What is the Abilene Paradox? A Fairly Simple Explanation
People often comment about the "Abilene Paradox", but very rarely has anyone actually taken the steps to explain it. Then again, some of the explanations are so far over people's heads that confusion is even greater after said explanation.
So, I'll attempt to give you a fairly simple explanation of the "Abilene Paradox" in hopes you don't leave more confused than you were previously.
First, is the story that spawned the Abilene Paradox.
Jerry B. Harvey, and his family, were visiting family in Coleman (Texas) one hot weekend. His father-in-law suggested a drive into Abilene to go eat at a cafeteria. The group reluctantly agreed to the trip. It was a miserably hot drive, there and back, in a vehicle with no air conditioning, which was common during those days.
Once the family got back home they all began to complain about the trip and suggested they never wanted to go in the first place. The father-in-law even stated he merely suggested it because he thought the others would like it.
Alas, none of them enjoyed the idea, but no one actually spoke up. Rather, they all went along with the idea.
Harvey ended up writing an article about that exact scenario called "The Abilene Paradox: The Management of Agreement" in which he fully defines the Abilene Paradox.
So, what is the Abilene Paradox?
Basically, it's when a group of people "go along to get along". In other words, when presented with the situation, instead of speaking up, everyone went along with the idea, but no one actually wanted to do it.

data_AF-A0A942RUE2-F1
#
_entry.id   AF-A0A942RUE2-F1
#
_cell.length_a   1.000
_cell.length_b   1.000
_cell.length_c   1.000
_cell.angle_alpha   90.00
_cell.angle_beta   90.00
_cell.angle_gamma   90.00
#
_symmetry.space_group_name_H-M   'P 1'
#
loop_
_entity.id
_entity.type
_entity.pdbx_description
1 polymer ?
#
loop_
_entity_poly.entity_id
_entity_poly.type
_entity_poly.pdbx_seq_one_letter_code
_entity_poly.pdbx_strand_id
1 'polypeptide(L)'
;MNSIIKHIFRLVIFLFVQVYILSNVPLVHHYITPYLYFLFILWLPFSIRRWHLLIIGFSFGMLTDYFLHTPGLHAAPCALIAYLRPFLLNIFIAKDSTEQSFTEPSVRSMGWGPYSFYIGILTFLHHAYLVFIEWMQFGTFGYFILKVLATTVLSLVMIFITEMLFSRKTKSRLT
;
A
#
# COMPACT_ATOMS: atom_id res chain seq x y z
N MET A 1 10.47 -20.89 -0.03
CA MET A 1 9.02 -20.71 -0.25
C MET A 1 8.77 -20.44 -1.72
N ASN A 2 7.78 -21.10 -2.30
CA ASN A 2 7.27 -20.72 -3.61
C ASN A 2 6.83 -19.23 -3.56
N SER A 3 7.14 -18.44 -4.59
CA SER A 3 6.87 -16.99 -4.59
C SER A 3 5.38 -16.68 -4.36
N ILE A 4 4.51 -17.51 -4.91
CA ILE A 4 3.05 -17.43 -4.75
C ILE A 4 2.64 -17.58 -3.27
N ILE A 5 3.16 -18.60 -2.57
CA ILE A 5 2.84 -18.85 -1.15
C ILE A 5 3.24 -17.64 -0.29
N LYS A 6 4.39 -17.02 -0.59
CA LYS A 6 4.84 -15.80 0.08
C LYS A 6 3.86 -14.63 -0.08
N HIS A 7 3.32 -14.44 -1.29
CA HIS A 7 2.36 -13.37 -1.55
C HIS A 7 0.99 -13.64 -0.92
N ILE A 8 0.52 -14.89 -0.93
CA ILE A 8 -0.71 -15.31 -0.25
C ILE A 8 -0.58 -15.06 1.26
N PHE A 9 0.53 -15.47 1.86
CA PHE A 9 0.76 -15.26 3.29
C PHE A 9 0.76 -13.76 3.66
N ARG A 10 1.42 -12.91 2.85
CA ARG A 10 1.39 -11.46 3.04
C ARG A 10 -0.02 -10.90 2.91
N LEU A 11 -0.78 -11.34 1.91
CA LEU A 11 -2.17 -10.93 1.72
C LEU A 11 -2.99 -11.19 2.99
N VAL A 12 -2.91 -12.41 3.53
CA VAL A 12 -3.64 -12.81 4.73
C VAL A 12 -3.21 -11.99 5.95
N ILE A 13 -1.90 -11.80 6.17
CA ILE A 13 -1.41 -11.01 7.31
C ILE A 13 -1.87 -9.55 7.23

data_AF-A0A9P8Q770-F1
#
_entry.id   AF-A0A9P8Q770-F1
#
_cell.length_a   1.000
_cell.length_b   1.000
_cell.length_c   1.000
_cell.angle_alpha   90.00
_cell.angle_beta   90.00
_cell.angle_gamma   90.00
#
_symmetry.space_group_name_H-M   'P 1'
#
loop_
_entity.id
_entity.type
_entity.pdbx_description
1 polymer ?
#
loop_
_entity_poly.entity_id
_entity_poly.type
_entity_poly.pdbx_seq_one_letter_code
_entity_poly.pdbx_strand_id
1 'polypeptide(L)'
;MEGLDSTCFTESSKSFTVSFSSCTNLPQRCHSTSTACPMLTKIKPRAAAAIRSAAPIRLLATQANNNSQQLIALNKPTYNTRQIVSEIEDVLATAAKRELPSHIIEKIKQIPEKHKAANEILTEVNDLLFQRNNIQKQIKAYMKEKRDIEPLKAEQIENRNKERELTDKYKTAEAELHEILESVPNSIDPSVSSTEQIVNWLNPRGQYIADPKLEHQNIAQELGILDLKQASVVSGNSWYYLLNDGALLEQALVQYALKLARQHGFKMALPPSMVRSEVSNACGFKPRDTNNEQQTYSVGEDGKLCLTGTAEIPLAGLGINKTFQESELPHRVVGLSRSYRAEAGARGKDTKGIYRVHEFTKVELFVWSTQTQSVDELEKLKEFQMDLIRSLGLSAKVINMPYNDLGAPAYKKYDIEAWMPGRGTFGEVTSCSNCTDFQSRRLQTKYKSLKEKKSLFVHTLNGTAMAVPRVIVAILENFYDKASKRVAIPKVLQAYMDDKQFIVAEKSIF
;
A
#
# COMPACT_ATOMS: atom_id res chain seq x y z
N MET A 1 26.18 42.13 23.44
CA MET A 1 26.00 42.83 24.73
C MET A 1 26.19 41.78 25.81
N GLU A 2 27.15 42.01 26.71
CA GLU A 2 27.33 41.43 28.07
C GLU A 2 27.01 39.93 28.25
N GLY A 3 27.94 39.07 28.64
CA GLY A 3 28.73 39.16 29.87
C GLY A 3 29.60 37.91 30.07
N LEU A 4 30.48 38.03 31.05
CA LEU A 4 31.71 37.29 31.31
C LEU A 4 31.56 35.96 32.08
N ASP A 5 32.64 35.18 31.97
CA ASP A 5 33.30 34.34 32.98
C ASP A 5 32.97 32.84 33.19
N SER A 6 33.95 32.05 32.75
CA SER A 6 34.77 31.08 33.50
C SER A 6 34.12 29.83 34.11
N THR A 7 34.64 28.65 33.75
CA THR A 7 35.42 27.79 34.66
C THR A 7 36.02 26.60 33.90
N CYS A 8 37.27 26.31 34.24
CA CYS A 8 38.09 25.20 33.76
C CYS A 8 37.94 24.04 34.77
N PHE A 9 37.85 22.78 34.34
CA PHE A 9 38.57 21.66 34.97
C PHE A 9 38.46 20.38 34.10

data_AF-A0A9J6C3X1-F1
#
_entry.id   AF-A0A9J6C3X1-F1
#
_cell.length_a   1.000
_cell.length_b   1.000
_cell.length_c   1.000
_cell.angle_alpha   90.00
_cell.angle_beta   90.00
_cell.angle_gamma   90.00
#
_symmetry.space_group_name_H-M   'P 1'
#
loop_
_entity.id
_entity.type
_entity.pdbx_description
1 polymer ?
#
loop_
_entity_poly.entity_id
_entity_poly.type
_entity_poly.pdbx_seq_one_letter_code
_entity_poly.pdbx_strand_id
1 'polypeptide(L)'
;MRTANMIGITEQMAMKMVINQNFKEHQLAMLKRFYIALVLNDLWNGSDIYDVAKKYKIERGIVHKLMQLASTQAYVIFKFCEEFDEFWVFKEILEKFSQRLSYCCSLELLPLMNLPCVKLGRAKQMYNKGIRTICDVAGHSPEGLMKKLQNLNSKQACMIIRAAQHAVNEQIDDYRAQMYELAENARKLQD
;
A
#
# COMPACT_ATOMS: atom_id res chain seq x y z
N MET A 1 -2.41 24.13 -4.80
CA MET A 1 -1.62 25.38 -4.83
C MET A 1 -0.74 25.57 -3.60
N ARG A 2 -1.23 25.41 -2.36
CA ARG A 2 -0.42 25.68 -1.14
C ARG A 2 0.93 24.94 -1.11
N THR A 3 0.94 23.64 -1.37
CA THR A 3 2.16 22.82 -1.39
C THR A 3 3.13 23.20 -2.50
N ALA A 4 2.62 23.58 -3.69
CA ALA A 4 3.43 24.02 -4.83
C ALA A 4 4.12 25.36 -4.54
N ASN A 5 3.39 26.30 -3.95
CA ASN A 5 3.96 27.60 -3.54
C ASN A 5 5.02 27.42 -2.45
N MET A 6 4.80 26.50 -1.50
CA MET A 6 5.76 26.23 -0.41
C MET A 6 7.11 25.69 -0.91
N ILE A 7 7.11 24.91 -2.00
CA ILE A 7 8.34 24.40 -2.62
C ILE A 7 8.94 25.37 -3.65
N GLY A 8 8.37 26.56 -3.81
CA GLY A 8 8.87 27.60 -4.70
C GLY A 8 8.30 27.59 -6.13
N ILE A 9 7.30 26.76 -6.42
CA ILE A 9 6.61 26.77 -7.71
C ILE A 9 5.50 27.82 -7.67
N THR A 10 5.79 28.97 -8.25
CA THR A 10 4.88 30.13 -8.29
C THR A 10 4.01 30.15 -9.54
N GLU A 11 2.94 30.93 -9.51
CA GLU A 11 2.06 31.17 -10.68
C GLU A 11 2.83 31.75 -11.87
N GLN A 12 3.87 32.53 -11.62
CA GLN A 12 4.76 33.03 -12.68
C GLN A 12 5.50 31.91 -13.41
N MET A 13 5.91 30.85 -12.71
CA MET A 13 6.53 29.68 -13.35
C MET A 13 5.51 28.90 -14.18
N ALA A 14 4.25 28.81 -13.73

According to Harvey, the paradox may be driven because individuals believe they will experience negative attitudes or feelings if they ‘speak up’ on a topic. Of course, if no one speaks up, the group will make a decision that is counter to the wishes and feelings of the group. [HRZone]
Here's an example that may make things more clear. A parent comes home from work and asks the family if they want to go out to eat. The parent asks what the family wants and they all say they "don't care". Then, the parent suggests tacos. Even though no one really wants tacos, they all agree because they don't want to speak up.
You know, go along to get along.
Have you ever been in a situation where you decided to go with the consensus, when in reality, there was no consensus and none among the group, actually in their minds, agreed to the decision? This is exactly what the ‘Abilene paradox’ reflects. - PsycholoGenie
Are you more confused or does that actually clear things up a bit? Honestly, it made the most sense when a friend explained it simply with the phrase "go along to get along".